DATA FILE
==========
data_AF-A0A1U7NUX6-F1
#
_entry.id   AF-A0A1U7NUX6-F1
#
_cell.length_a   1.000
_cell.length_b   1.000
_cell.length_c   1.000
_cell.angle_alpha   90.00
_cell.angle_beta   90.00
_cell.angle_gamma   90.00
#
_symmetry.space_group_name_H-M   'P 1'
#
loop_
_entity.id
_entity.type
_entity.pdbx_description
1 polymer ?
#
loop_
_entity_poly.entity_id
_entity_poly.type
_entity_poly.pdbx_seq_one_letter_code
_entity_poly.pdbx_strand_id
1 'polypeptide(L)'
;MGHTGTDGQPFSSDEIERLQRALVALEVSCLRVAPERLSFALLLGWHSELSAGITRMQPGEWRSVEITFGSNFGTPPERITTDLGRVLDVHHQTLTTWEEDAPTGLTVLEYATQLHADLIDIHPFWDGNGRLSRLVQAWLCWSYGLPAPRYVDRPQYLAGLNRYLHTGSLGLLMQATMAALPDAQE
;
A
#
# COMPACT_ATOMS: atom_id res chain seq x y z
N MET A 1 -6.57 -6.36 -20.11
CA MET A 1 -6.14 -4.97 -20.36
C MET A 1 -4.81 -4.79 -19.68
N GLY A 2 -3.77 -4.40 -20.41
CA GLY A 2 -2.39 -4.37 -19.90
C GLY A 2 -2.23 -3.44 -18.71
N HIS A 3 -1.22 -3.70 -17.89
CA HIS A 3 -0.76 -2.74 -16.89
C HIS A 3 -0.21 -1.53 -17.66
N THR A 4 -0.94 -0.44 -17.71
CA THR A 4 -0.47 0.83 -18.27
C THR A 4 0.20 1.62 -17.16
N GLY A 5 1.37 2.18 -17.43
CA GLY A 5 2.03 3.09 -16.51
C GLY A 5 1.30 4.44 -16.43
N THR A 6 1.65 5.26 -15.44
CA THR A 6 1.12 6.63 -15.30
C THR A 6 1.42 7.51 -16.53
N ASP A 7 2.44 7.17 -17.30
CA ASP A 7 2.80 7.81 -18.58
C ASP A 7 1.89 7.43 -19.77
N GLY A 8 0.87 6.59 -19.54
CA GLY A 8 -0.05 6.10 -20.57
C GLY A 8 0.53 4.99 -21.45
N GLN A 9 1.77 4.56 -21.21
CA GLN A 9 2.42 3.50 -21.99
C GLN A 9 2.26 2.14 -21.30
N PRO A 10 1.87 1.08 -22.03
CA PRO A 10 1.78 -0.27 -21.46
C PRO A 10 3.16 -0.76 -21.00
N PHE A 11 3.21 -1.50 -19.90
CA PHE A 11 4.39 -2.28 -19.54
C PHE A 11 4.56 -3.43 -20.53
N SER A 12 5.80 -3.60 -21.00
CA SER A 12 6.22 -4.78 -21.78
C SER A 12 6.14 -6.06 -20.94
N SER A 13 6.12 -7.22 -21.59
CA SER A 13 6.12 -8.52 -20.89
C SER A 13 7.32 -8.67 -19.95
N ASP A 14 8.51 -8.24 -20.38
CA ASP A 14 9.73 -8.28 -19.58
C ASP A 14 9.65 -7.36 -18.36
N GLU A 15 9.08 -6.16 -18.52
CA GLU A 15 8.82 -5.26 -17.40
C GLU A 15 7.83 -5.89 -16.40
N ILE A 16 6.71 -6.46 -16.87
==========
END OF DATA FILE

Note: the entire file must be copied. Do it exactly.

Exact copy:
data_AF-A0A1U7NUX6-F1
#
_entry.id   AF-A0A1U7NUX6-F1
#
_cell.length_a   1.000
_cell.length_b   1.000
_cell.length_c   1.000
_cell.angle_alpha   90.00
_cell.angle_beta   90.00
_cell.angle_gamma   90.00
#
_symmetry.space_group_name_H-M   'P 1'
#
loop_
_entity.id
_entity.type
_entity.pdbx_description
1 polymer ?
#
loop_
_entity_poly.entity_id
_entity_poly.type
_entity_poly.pdbx_seq_one_letter_code
_entity_poly.pdbx_strand_id
1 'polypeptide(L)'
;MGHTGTDGQPFSSDEIERLQRALVALEVSCLRVAPERLSFALLLGWHSELSAGITRMQPGEWRSVEITFGSNFGTPPERITTDLGRVLDVHHQTLTTWEEDAPTGLTVLEYATQLHADLIDIHPFWDGNGRLSRLVQAWLCWSYGLPAPRYVDRPQYLAGLNRYLHTGSLGLLMQATMAALPDAQE
;
A
#
# COMPACT_ATOMS: atom_id res chain seq x y z
N MET A 1 -6.57 -6.36 -20.11
CA MET A 1 -6.14 -4.97 -20.36
C MET A 1 -4.81 -4.79 -19.68
N GLY A 2 -3.77 -4.40 -20.41
CA GLY A 2 -2.39 -4.37 -19.90
C GLY A 2 -2.23 -3.44 -18.71
N HIS A 3 -1.22 -3.70 -17.89
CA HIS A 3 -0.76 -2.74 -16.89
C HIS A 3 -0.21 -1.53 -17.66
N THR A 4 -0.94 -0.44 -17.71
CA THR A 4 -0.47 0.83 -18.27
C THR A 4 0.20 1.62 -17.16
N GLY A 5 1.37 2.18 -17.43
CA GLY A 5 2.03 3.09 -16.51
C GLY A 5 1.30 4.44 -16.43
N THR A 6 1.65 5.26 -15.44
CA THR A 6 1.12 6.63 -15.30
C THR A 6 1.42 7.51 -16.53
N ASP A 7 2.44 7.17 -17.30
CA ASP A 7 2.80 7.81 -18.58
C ASP A 7 1.89 7.43 -19.77
N GLY A 8 0.87 6.59 -19.54
CA GLY A 8 -0.05 6.10 -20.57
C GLY A 8 0.53 4.99 -21.45
N GLN A 9 1.77 4.56 -21.21
CA GLN A 9 2.42 3.50 -21.99
C GLN A 9 2.26 2.14 -21.30
N PRO A 10 1.87 1.08 -22.03
CA PRO A 10 1.78 -0.27 -21.46
C PRO A 10 3.16 -0.76 -21.00
N PHE A 11 3.21 -1.50 -19.90
CA PHE A 11 4.39 -2.28 -19.54
C PHE A 11 4.56 -3.43 -20.53
N SER A 12 5.80 -3.60 -21.00
CA SER A 12 6.22 -4.78 -21.78
C SER A 12 6.14 -6.06 -20.94
N SER A 13 6.12 -7.22 -21.59
CA SER A 13 6.12 -8.52 -20.89
C SER A 13 7.32 -8.67 -19.95
N ASP A 14 8.51 -8.24 -20.38
CA ASP A 14 9.73 -8.28 -19.58
C ASP A 14 9.65 -7.36 -18.36
N GLU A 15 9.08 -6.16 -18.52
CA GLU A 15 8.82 -5.26 -17.40
C GLU A 15 7.83 -5.89 -16.40
N ILE A 16 6.71 -6.46 -16.87